"If you have a large jet plane (747) sitting on a runway that was actually a giant conveyor belt (go with it). And there is also a device on the plane that communicates with the conveyor belt to tell it how fast the plane is traveling, which would then make the conveyor belt match the speed IN REVERSE.

Can the jet take off? "
That's the point I made a few posts ago - the problem statement posted on DVInfo is not the same as the one challenged by the rest of the world, including Mythbusters and is ambiguous.
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Old January 31st, 2008, 04:59 PM   #175
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The original post says the device communicates with the belt to tell it how fast the plane is going so that it will match the speed in reverse.

SO the plane is going a hundred miles an hour east, the belt is going a hundred miles an hour west, the wheels rotate at two hundred miles an hour and the plane takes off.

No problems. It doesn't say anything about 'matching the rotational speed of the wheels" - which isn't important anyway.

I can imagine a scenario where the plane will take off - WITHOUT MOVING in relation to the ground.

I can imagine a scenario where the plane will take off - WHILE MOVING BACKWARDS in relation to the ground.

(Both of those depend on headwinds. Indeed, its possible to be flying 'forward' while watching your progress on the ground move backwards... now imagine extending your landing gear down to earth and having the wheels touch.)

It has nothing to do with the wheels turning.
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Old January 31st, 2008, 08:56 PM   #176
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Originally Posted by Chris Barcellos View Post
Simple experiment: Get youself a tread mill with unlimited speed. Tie a rubber band to the nose of you plane, and start the tread mill. Pull forward on the nose using the rubber band, but at the same time speed up the tread mill to equalize the forward thrust caused by your rubber band pull, and the plane will remain stationary, and the rubber band will stretch longer, demontrating the actual forces of friction and gravity that is applied.
Great experiment!
Try it.
The rubber band won't get longer .... it'll just pull the the plane forward. :-)

Another variant would be to simply hold the plane in place with the rubber band, and continually increase the speed of the treadmill. If the faster treadmill exerted more and more force on the plane, the rubber band would get longer and longer until it snapped.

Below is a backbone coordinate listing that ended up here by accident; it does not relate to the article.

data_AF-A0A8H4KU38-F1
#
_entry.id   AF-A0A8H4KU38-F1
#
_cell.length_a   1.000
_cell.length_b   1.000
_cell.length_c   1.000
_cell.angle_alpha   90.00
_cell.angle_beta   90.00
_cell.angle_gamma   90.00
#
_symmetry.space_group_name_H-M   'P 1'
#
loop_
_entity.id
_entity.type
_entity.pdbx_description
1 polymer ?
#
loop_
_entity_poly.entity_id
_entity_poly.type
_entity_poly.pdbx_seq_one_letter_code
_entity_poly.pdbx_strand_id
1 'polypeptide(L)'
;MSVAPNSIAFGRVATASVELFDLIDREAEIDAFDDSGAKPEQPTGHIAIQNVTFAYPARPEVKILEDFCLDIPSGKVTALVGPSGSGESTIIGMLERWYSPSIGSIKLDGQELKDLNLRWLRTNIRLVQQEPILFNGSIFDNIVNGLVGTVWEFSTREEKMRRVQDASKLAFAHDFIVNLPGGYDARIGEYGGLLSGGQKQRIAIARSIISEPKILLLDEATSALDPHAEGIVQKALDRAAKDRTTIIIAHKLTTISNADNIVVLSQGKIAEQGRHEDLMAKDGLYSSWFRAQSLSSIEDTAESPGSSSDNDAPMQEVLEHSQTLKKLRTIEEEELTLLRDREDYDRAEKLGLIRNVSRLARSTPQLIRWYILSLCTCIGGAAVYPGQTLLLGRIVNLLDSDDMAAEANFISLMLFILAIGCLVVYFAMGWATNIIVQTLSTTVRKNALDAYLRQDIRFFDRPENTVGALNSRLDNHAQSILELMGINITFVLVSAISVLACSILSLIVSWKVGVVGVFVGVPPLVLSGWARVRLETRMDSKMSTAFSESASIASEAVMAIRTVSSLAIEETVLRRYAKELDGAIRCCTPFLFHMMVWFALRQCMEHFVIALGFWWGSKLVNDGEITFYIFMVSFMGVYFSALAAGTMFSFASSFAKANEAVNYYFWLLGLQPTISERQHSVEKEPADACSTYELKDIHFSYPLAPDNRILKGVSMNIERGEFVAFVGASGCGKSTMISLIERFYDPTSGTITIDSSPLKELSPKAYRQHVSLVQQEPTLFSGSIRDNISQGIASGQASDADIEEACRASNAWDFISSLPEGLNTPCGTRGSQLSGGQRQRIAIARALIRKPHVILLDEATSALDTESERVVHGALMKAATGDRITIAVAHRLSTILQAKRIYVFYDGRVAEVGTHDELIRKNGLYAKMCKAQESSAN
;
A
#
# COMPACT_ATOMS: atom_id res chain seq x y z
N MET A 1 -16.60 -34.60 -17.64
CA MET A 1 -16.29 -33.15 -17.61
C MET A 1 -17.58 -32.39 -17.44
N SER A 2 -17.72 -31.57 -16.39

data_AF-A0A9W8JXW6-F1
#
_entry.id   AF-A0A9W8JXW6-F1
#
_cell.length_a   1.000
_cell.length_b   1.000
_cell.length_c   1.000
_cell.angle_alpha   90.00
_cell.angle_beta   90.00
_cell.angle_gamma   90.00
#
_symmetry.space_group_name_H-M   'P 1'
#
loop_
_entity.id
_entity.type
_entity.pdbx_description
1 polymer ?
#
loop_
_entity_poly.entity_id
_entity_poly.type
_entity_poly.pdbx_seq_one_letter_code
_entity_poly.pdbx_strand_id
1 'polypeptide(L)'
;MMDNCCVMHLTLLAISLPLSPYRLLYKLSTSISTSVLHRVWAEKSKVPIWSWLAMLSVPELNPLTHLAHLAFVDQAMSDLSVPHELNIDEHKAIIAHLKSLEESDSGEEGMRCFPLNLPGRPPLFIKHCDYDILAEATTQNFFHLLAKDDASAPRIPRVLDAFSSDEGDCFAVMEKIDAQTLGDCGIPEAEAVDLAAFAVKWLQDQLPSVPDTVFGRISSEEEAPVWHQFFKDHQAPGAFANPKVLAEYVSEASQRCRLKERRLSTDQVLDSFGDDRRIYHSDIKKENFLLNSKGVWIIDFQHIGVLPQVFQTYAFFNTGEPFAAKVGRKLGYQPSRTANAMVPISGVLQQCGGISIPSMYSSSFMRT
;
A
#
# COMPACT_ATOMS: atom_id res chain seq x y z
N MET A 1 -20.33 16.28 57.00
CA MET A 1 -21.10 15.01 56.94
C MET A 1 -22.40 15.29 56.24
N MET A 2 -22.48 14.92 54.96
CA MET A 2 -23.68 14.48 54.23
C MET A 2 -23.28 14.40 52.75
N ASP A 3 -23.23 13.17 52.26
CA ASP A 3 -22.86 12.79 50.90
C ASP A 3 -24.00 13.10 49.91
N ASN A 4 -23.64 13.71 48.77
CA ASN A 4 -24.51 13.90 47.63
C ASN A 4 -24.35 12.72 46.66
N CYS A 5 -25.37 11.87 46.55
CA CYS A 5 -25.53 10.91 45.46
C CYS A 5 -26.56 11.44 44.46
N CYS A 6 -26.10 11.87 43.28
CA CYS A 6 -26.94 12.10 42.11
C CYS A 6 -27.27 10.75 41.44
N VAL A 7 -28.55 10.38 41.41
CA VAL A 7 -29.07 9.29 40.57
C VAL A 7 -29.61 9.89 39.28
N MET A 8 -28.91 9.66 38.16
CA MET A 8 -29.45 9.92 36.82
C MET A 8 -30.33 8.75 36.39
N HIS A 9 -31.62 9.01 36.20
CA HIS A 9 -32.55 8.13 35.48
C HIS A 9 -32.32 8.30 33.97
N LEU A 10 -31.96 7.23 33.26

Instead, the rubber band will barely register any speed change in the treadmill .... the treadmill doesn't "pull" on the plane.
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Old January 31st, 2008, 09:26 PM   #177
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Instead, the rubber band will barely register any speed change in the treadmill .... the treadmill doesn't "pull" on the plane.
Exactly! It just "pulls" on those parts of the aeroplane that are in contact with the treadmill due to friction. Those parts are the bottom surfaces of the wheels and the wheels turn. This completely decouples the airframe from the treadmill. The treadmill does nothing more than make the wheels spin and has no bearing (!) on the airframe which is where the thrust is generated. Ergo, wave goodbye as the 'plane ventures forth into the sky.
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Old January 31st, 2008, 09:38 PM   #178
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Exactly! It just "pulls" on those parts of the aeroplane that are in contact with the treadmill due to friction. Those parts are the bottom surfaces of the wheels and the wheels turn. This completely decouples the airframe from the treadmill. The treadmill does nothing more than make the wheels spin and has no bearing (!) on the airframe which is where the thrust is generated. Ergo, wave goodbye as the 'plane ventures forth into the sky.
I guess you are saying though the wheels are attached to the plane, by some magic of physics, they are momentarily diconnected from the airframe....
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Old January 31st, 2008, 10:12 PM   #179
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No magic. Just basic mechanics. The aircraft's wheels rotate freely about an axle unlike the wheels on a car or a train which are fixed to the axle.

The only point of the aircraft having wheels is so that it can move on the ground either by thrust from its engines or from a towing vehicle and so that it can accelerate along the runway with minimum friction between it and the ground.

The purpose of the wheels on a car or a train is to convert the energy from the engine into rotational energy, providing a force to which the friction between the wheel and the ground will react, thereby providing the forward acceleration of the vehicle's mass. (F = ma)
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Old February 1st, 2008, 09:47 AM   #180
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A good comparison is wearing roller blades on a running treadmill, hands on the rails on either side.

To "simulate" the thrust of the jets, simply pull yourself using the handrails. You will have no problem rolling yourself off the treadmill.